Renault Kangoo is a small-to-medium van that has been the best-selling vehicle in its class in Europe for many years. These days Australians tend to prefer larger vans, though we have bought smaller units in the past. Renault Australia is keen to change this situation so has recently expanded the Kangoo van range with the introduction of a four-door crew-cab called Kangoo Maxi Crew.
Obviously the Kangoo Crew doesn’t have to be a working van with extra seats for the crew; it can also be used as a well-priced people mover for those with families who need to cart a lot of gear – if that’s not a tautology!
This is an attractive package at a reasonable price and after spending a week road testing a Kangoo we really grew to like it.
We love the name Kangoo, and rejoice in the fact that Renault’s French rival Peugeot calls its Kangoo competitor the Jumper. Great fun, and something that’s not always the norm in the heavy-duty world of commercial vehicles.
Renault Kangoo has a short, rounded bonnet fronted up by a large pedestrian-friendly bumper. Boldly shaped wheel arches and merging styling lines give the new Kangoo a modern look.
If you’ve ever witnessed the hit-and-miss (often hit!) driving and parking in European cities you will understand why Renault Kangoo’s front guards are made from a material called Noryl. This is a supple composite material that is able to absorb small to medium bumps, it’s also easy to remove and replace the panels if they are badly damaged.
Renault Maxi Crew’s rear passenger doors are van-type sliding units on both side and we found entry and egress very simple due to the seats being higher than in a passenger car. There are five seats and all can take a normally size adult with no compromises in comfort. The seats are covered in hardwearing cloth trim
A big advantage of being van-based is that the Kangoo still has plenty of space for cargo even if the rear seats are in use.
The rear seats have plenty of legroom, headroom looks high enough to allow clouds to form up there! It has a 67/33 split and the backrest can be folded to provide a completely flat floor.
Items up to 2880 mm in length can be carried inside if the front passenger seat is folded forward. Loads of up to 1218 mm wide will fit between the rear wheel arches. The asymmetrically split rear doors open through 90 and then 180-degrees. However, they can’t be taken back to 270 degrees to permit reversing into tight loading bays.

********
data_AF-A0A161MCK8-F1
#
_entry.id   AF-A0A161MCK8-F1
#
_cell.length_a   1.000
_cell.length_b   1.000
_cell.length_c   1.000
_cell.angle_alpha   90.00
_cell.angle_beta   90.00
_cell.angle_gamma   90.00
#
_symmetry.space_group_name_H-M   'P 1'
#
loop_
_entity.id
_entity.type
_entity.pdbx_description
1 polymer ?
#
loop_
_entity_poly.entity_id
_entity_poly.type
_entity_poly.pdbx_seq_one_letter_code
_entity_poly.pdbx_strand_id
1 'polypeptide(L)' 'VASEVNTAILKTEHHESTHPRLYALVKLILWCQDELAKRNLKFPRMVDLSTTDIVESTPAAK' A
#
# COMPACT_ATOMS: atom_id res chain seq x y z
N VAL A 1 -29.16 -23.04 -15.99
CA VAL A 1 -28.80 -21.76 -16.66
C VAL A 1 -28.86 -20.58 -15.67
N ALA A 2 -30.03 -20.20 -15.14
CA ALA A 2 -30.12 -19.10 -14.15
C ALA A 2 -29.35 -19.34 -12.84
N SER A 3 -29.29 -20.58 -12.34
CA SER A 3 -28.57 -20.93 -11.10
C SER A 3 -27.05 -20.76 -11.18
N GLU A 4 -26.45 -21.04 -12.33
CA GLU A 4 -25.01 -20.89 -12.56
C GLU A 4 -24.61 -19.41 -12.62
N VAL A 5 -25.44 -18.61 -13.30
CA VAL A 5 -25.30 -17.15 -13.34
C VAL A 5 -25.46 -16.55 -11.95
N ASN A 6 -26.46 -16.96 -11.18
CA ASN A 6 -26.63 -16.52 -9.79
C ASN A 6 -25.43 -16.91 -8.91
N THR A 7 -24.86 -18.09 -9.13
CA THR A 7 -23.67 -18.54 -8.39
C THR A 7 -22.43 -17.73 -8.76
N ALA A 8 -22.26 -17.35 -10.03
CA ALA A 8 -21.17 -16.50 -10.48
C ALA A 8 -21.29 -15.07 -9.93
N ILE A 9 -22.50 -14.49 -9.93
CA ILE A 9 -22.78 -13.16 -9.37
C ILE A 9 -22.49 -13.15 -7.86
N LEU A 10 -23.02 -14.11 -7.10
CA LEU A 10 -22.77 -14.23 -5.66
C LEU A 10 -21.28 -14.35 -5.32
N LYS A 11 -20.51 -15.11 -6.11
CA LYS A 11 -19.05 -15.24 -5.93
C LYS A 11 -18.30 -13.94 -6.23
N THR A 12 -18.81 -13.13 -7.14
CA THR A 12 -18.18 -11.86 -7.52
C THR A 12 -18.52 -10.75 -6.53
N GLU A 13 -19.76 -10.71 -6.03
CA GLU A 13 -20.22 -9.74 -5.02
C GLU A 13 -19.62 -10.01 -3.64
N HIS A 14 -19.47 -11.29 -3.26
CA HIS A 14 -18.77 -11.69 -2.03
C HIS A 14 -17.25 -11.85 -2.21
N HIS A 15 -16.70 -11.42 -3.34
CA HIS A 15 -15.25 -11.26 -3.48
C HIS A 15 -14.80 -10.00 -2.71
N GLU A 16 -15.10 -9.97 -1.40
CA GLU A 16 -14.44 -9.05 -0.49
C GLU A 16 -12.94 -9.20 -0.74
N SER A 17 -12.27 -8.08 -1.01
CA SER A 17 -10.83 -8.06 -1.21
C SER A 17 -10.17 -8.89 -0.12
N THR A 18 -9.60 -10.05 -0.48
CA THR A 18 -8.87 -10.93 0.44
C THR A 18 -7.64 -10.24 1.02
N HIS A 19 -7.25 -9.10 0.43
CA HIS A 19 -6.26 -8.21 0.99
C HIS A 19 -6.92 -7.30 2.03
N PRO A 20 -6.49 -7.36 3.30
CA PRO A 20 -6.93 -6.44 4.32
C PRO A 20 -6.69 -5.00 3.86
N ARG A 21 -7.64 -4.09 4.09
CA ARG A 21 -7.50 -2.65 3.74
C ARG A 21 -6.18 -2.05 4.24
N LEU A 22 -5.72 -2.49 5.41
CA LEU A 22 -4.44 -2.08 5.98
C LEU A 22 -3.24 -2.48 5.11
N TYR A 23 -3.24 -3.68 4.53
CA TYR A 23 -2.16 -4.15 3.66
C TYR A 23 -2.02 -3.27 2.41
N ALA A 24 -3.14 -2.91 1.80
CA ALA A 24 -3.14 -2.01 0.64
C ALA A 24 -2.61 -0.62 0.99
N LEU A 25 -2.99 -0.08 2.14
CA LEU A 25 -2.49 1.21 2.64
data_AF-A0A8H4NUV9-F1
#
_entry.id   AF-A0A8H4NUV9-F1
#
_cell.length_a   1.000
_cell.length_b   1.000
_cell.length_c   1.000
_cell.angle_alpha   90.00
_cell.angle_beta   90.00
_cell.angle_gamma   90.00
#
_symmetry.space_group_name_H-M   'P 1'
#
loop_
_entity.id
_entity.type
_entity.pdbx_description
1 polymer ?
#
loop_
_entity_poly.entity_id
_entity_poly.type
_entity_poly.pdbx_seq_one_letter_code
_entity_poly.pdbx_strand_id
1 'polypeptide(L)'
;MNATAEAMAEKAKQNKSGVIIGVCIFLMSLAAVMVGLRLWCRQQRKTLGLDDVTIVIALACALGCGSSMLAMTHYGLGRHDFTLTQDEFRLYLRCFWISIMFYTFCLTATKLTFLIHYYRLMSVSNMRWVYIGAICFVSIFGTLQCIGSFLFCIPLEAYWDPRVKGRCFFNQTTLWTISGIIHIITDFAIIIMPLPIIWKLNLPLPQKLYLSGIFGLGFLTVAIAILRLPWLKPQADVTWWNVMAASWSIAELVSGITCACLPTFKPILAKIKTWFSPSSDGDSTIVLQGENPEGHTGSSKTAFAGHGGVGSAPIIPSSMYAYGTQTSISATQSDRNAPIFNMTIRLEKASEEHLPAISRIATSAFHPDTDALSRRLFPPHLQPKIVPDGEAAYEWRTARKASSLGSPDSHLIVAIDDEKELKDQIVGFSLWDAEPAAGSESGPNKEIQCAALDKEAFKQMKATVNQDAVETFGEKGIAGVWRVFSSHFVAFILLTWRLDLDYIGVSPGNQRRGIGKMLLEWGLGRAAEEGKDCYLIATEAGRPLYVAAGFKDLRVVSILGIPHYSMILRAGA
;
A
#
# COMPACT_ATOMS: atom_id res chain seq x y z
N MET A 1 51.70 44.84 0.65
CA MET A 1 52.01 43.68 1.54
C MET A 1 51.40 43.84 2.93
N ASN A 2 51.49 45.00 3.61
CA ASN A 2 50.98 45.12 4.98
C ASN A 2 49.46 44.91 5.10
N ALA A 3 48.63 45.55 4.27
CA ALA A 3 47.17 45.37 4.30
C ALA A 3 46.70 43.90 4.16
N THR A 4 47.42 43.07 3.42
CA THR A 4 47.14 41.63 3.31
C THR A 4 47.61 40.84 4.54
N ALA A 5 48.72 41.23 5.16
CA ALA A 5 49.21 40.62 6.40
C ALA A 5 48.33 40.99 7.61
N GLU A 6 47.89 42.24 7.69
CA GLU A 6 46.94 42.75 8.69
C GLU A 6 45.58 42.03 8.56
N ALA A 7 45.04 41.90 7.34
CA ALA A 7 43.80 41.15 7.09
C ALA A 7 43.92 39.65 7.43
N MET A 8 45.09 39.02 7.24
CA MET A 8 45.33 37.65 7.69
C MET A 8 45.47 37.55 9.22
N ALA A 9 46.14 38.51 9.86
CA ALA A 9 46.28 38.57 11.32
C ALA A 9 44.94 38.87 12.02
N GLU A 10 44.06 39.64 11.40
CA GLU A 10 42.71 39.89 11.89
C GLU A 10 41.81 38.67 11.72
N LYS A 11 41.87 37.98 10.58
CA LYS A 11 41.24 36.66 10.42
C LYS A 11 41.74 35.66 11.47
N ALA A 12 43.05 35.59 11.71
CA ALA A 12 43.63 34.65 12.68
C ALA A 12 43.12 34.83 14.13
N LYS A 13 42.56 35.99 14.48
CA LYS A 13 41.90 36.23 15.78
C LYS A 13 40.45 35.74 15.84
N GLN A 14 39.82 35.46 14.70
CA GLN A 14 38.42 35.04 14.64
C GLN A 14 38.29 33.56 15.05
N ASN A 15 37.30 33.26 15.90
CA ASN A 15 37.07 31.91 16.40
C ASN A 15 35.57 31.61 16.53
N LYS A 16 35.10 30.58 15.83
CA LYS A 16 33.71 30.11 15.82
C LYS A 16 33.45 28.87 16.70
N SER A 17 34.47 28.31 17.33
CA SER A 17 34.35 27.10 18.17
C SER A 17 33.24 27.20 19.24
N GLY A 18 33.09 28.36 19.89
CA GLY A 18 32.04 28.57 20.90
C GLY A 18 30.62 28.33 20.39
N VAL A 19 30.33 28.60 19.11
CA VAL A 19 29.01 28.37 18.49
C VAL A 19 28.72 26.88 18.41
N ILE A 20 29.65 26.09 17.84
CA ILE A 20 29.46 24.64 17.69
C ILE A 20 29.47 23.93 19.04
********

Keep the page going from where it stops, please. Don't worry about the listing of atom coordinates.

Maximum load rating is 710 kg.
Standard features include Bluetooth connectivity and cruise control with a speed limiter, air conditioning and power front windows
ENGINE / TRANSMISSION
A new design turbo-diesel engine is significantly better than the one in the previous Kangoo Maxi. It still has a capacity of 1.5 litres, but now puts out 81 kW of power and 240 Nm of torque. It’s mated to a six-speed manual gearbox.
There’s no automatic transmission option, Renault Australia is well aware this will hurt sales and has made strong representations to office in France to come up with a self shifter beside this diesel.
Bad news here. Only two airbags are fitted as standard, you have to pay an additional $490 for side airbags to be fitted in the rear seats. Likewise a modular cargo barrier will add $1490 to the price. Renault Kangoo received a four-star crash test rating after European NCAP testing.
Renault Kangoo’s new diesel engine is more than happy to climb hills in high gears and lope along with minimum fuel consumption on the flat. The gearchange action is light and smooth and having six ratios mean motorway and country driving in top gear is relaxing.
Typically we used between six and seven litres per hundred kilometres in easy running conditions. It will come down into the high fives if you really try. Around town consumption will generally be in the seven to eight litres per hundred kilometres bracket.
Engine noise from the turbo-diesel is impressively low.
As it’s based on a passenger car platform (from the Renault Scenic people mover) the Kangoo rides in a comfortable manner and makes light work of rough Aussie backroads. However, road noise is very evident on anything but the smoothest of surfaces and we found ourselves winding the radio well up to stop it being drowned out. It’s a van, not a car so this is perhaps understandable, but try before you buy if you’re looking for a passenger carrier.
Handling isn’t a feature that’s usually demanded by Australian van drivers, but our French cousins do like to hammer along, so there’s a lot more road grip than you might anticipate.
This is a sophisticated van, not a dedicated people mover or SUV so you don’t have the same degree of comfort interior finish or quality you would expect in them.
The Kangoo comes with a factory three-year warranty that stretches to an impressive 200,000 kilometres. There’s also three years free roadside assistance as well as capped price servicing for $349 per calendar year for the first three years.